Burnt Toast Podcast

Does Michael Pollan Always Follow His Own Food Rules?

August 12, 2016

Or does he truly believe sustainability is economically feasible?

Ten years after the publication of his popular book, The Omnivore's Dilemma, we ask him—and he reflects on how food systems have changed over the last decade—on this week's episode of Burnt Toast.

We also asked you: How has his work impacted your life? Or what you buy at the store? How has it changed the way you source food, and how you cook and eat it?

Listen to the episode above, find it on iTunes, or listen to it using your favorite podcatcher. Then add your answers to the comment section below—we want to know.

See what other Food52 readers are saying.

Kenzi Wilbur

Written by: Kenzi Wilbur

I have a thing for most foods topped with a fried egg, a strange disdain for overly soupy tomato sauce, and I can never make it home without ripping off the end of a newly-bought baguette. I like spoons very much.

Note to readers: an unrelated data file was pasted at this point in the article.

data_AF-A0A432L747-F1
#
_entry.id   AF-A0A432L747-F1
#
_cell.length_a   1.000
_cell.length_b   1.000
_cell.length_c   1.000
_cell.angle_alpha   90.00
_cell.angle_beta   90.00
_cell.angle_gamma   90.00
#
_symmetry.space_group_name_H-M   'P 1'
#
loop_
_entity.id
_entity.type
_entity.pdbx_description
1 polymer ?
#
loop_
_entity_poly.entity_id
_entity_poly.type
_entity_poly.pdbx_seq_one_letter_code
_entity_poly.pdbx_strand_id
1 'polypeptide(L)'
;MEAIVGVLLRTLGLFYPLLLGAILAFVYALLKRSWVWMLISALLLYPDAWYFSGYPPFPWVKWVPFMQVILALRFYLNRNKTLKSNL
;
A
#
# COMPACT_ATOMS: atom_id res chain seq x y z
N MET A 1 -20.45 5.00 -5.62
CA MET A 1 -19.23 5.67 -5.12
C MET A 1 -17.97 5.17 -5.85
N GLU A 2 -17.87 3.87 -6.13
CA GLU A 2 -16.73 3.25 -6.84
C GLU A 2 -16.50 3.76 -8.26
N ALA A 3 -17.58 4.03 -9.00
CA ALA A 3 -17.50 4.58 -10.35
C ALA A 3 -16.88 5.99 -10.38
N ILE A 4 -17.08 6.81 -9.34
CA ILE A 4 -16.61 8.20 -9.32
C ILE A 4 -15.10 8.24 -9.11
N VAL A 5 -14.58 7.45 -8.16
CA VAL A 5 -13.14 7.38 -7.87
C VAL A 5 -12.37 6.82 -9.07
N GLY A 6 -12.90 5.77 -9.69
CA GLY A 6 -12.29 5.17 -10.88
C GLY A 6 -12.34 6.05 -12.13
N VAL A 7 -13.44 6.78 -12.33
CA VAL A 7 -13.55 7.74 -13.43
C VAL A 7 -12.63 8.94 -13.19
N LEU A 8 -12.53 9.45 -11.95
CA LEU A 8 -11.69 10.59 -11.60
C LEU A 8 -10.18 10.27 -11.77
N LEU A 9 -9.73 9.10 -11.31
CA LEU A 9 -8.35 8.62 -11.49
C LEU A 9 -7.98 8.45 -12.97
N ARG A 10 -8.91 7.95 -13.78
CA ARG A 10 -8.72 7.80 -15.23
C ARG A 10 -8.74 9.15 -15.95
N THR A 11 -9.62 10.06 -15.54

1 Comment

Kelly August 19, 2016
I apologize, since I haven't listened to the podcast yet, but I recently watched Cooked on Netflix, and Michael Pollan definitely opened my eyes to many things about food, our relationship to it, how it works, and so much more. I've been learning more and more about how to change my habits to better the world we live in, and one of ways I do that is by using Better World Shopper (it's an app, a book, and has a website www.betterworldshopper.com). I've also been watching Chef's Table on Netflix, which has opened my eyes even more to our relationship with food and how we can do our part to do things such as create a more sustainable environment and make sure we are ethically sourcing our food. One of the best things I think we can do is to have conversations about things like this with those around us to spread awareness of these problems and help others to change their habits as well. I'll do my best to listen to this podcast as soon as I can, thank you very much!